Star Wars Rogue Squadron II: Rogue Leader (GameCube, 2001)
2001 - Star Wars - Rogue Sqn. II: Rogue Leader Official Trailer - YouTube

The Star Wars franchise has had a strange history when it comes to video games, with some being unbelievably poor, and others regarded as some of the best on their respective systems.

Rogue Squadron II definitely fits into the latter category. It took everything that was good about the first in the trilogy on the N64 – modern graphics, brilliant audio and fun gameplay – and updated it with the GameCube’s enhanced power.

The story spanned the first 3 Star Wars films (going by release date, not chronology of story), meaning players could take part in some of the series’ most famous scenes, including the climax of A New Hope and the battle of Hoth scene in The Empire Strikes Back.

Sales of the game reached just under 2 million, but most impressive is that in topping the UK chart, Rogue Squadron II became the first third-party title to gain number the one spot during a console launch.

Twilight Princess (Wii, 2006)
Legend Of Zelda:Twilight Princess Trailer November 1st 2006 - YouTube

After taking on a toon-like appearance in The Wind Waker, Twilight Princess saw Link return for a darker, more adult adventure.

Players were again sent to Hyrule, and the story followed the same formula fans knew from A Link to the Past and Ocarina of Time.

Familiar characters returned, but many were new to the series. Midna became Link’s new assistant – such an important character that she even made an appearance in the spinoff Hyrule Warriors – and Zant was the new enemy in the lead up to Ganondorf.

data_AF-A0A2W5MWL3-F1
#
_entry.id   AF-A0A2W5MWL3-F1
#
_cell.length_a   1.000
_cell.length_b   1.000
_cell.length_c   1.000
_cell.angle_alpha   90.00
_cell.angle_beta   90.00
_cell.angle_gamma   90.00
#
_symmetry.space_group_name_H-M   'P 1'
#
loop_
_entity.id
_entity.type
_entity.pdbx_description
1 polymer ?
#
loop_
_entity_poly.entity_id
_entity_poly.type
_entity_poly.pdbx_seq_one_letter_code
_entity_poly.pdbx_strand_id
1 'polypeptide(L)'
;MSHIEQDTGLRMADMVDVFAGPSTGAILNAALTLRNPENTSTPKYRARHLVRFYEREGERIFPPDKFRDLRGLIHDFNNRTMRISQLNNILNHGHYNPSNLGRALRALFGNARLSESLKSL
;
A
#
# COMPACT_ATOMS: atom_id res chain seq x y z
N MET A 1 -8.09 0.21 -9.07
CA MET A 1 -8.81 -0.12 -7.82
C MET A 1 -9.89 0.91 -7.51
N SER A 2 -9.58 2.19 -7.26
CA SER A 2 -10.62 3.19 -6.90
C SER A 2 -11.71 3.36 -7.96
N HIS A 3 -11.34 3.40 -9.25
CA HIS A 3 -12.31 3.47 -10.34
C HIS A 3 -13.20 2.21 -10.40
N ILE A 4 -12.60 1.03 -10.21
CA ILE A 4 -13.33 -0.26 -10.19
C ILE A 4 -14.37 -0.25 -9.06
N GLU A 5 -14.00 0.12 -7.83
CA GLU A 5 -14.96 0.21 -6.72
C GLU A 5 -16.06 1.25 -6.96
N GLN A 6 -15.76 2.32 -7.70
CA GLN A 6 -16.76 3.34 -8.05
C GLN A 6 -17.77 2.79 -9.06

The most important new addition though was Wolf Link; the ability to transform into beast and thus teleport to the Twilight Realm was an interesting and unique element of the gameplay, although Minish Cap and Majora’s Mask had played with different Link-forms before.

The mechanics with the temperamental Wii remote were frustrating at times, and there’s an argument for it not being the best Zelda game to date (it has a lot of competition after all), but its sombre atmosphere and original take on Link’s story made it a great game to play.

Just under 6 million copies sold on the Wii compared to 1.3 million on the GameCube, together making it the best-selling title in the series.

Wii Sports (Wii, 2006)
Wii Sports Trailer - YouTube

With over 80 million copies sold, making it one of the top selling games of all time, there’s no doubt of Wii Sports’ success.

Granted it did come bundled with most consoles, but it’s still the game that attracted a wider audience than any other: children, teens, adults and elderlies.

Anyone who owned a Wii would have at some point plugged it in played a casual round of golf with a friend, a match of tennis with a group of visitors, or bowled against their family.